suffering from several bruises and
cuts about the face. He was sufficiently recovered from the shock
to drive back to his home at the
Mission the same evening.
The country girls' branch of the
Ladies' Hospital Aid will hold
their first entertainment this afternoon at the residence of Mr. W. C
Cameron. An admission paice of
25c will be charged to adults, and
15c to children. The entertainment will last from 3 to 6 p.m.
An exceptionally large auction
sale is to be held on Saturday next,
when the whole of the damaged
stock from S. T. Elliott's burnt-out
implement store will'be sold to the
highest bidder. The sale starts at
12 o'clock sharp (see advertisement on another page).
The War Canoe club met in
Lequime's Hall last Monday evening for the purpose bf re-organizing,
only a small attendance being
present. It was decided to go
ahead this year with the club, and
to get together various races, both
local and in the district. The foi- ,
lowing officers, were elected:
President, Mr. G. C. Rose; vice-
president, Mr. Chas. Harvey; sec-
treasurer, Mr. F. Wilgress. Mr. W.
Crawford was again elected captain, with Mr. Chas. Harvey 1st
vice-captain and Mr. Cather 2nd
vice-captain, and captain of the
junior war canoe team. A committee, consisting of Messrs. G.
Woolsley, W. Crawford, F. Wilgress, H. Cather and Chas. Harvey
were told off to draft out rules and
to get together the boys for this
year's team, and also tb make
arrangements for races, both up
and down the lake.
The back drop for the second
scene in the " Mikado " has been
completed, and is certainly a gor-
gorgeous piece of work. It shows
a quantity of chrysanthemums, and
a bamboo rustic arch at the back,
with a fine blue sky. The scene is
Koko's garden.
-We regret to report the death of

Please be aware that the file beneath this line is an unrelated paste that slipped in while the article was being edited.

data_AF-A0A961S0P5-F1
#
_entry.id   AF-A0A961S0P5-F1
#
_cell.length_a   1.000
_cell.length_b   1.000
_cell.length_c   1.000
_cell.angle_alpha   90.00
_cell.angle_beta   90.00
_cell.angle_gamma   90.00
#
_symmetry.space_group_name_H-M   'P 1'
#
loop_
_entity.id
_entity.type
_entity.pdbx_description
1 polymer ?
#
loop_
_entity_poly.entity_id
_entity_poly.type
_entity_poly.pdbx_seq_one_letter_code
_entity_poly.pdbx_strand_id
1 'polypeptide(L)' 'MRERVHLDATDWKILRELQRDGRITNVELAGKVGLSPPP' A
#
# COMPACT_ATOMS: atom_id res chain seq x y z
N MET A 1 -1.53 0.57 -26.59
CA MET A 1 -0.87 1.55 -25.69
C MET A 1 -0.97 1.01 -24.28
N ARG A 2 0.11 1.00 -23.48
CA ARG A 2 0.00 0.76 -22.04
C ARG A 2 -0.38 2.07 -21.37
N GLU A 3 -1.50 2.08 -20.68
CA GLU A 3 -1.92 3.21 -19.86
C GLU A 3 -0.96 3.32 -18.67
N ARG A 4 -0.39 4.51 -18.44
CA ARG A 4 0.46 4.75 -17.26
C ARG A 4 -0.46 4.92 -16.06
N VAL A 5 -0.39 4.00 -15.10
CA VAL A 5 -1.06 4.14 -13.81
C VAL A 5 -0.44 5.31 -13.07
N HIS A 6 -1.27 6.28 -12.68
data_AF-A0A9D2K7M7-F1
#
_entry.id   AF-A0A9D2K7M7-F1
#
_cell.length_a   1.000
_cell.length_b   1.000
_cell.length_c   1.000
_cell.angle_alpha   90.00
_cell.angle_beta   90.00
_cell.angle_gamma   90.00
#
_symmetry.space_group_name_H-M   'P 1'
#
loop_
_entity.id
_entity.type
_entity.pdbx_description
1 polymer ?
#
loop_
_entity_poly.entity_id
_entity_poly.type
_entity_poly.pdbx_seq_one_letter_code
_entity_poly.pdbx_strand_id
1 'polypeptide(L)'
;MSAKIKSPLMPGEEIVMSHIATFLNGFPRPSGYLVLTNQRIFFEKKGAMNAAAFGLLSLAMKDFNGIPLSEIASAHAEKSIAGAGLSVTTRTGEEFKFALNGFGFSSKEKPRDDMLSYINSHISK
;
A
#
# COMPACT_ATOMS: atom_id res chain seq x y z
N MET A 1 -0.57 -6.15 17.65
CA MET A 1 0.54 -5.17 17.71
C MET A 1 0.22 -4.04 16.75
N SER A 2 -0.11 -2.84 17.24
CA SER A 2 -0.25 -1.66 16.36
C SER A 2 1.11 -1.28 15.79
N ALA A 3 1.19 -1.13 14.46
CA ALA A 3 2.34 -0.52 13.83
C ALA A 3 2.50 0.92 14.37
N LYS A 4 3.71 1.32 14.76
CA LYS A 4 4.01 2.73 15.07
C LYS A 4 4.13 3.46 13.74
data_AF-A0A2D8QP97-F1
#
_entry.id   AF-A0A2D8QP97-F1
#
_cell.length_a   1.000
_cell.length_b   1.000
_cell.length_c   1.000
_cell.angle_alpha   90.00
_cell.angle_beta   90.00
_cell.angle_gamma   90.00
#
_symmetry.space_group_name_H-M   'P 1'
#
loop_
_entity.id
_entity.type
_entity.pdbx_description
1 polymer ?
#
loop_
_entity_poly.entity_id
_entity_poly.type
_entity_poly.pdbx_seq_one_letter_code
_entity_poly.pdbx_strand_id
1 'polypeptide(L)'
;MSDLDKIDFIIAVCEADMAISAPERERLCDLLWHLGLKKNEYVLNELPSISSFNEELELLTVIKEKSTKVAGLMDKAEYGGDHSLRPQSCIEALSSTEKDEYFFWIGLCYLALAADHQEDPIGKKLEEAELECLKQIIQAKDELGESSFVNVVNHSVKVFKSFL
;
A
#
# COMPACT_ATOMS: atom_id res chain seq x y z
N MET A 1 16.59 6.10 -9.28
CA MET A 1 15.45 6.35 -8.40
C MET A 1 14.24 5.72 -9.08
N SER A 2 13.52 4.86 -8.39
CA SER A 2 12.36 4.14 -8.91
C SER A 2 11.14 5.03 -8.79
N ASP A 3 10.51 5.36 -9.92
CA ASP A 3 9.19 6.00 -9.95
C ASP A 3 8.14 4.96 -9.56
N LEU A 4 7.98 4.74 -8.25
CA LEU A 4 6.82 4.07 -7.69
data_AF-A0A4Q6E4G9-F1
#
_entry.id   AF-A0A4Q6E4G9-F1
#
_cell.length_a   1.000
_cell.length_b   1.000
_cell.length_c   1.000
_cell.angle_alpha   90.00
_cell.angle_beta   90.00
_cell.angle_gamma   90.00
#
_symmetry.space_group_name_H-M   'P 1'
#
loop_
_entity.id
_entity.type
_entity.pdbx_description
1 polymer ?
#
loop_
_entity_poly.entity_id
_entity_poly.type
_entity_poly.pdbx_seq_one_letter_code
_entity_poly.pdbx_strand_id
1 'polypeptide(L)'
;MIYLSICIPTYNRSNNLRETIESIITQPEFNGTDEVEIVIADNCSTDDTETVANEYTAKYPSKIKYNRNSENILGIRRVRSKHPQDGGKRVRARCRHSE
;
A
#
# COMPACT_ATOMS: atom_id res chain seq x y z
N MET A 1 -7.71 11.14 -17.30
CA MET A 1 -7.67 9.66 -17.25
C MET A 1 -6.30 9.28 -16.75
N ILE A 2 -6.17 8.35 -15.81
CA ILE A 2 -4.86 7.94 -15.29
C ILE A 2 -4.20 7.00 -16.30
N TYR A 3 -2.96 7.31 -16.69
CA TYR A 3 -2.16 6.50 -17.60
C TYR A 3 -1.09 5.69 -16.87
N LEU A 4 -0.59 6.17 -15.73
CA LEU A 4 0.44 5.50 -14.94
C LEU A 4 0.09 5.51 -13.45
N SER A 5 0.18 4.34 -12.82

Mr. McKie, who was a new-comer
to this district, and who had taken
up his residence on the benches.
The death occurred Friday last
from heart failure.
We beg to inform our numerous
customers that we have sold out
our interests to Messrs. P. Burns &
Co., of Calgary, and that although
the name will be changed, the
same good quality of meat will be
supplied by the new firm.
The change has made it necessary for us to collect our accounts
at once, and for this purpose we
would ask all who owe us for supplies to settle for same either by
cash or note in the course of the
next few days. Mr. Wrigglesworth
will be leaving the town shortly,
and it is desirable that all accounts
should be squared up, so that a
definite return can be made and
the partnership dissolved.
Thanking you for past favors,
and hoping you will give this matter your attention,
Yours truly,
The first consignment of meat
for Messrs. P. Burns & Co., arrived
from Calgary on Monday last.
Some very fine joints were among
those shipped in.
"The Royal Chef," a musical
comedy, was given at the Opera
House on Wednesday night. The
company was well balanced, and
the scenery of an exceptionally
fine nature. There are some good
shows on the road at present, and
the " Royal Chef" company is one
which play-goers will hope to see
Mr. W. Crawford may leave on
a trip to Winnipeg shorty to attend
the grand re-union of the veterans
of J 885, it being the 25th anniversary of the taking of Batoche, which
was captured after three days' solid
fighting. Mr. Crawford was attached to the Winnipeg Field Battery,
and was in two engagements. One
at Duck lake on March 24th, 1885,
the other at Botache on May 13,
14 and 15th of the same year, and
is now counted among the veterans. ■
An invitation to the' re-union has
been forwarded to him, and it is
possible that he may join in the
procession of vetrans, who will
decorate the graves of their
comrades, and march through the
streets of Winnipeg which are to
be lined with soldiers as body
Your tongue is coated.
Your breath it foul.
Headaches come and go.
These symptoms show that your stomach
is the trouble. To remove the cause is the
first thing, and Chamberlain's Stomach and
Liver Tablets will do that. Easy to take
and most effective.   Sold by all druggists.
TW" li J
Thursday, April 14
The Orchard City Record.
Pic-nicing at one of the many beauty spots
on the Okanagan Lake.
The  Orchard City
of British Columbia,
Is credited with more winnings in open com-
petition: with fruit from all parts of the American
continent, than any other city in B.C.
There cannot be a»more desirable spot than
Kelowna and district for the man who wants to
let up a little on the hard toil of the prairie, or
to the family looking for a more congenial spot
to settle in, where life's necessities, together with
a few pf its luxuries, will not take so much of
the sweat of the brow in the winning.
Come in out of the cold and the wet. Enjoy
the Sunny Okanagan s long beautiful summer
whilst making your little pile, with the comfortable assurance that you will not have to suffer
through a long, cold, tedious winter. There is
no winter here as a prairie man understands it,
the thermometer rarely going down to zero.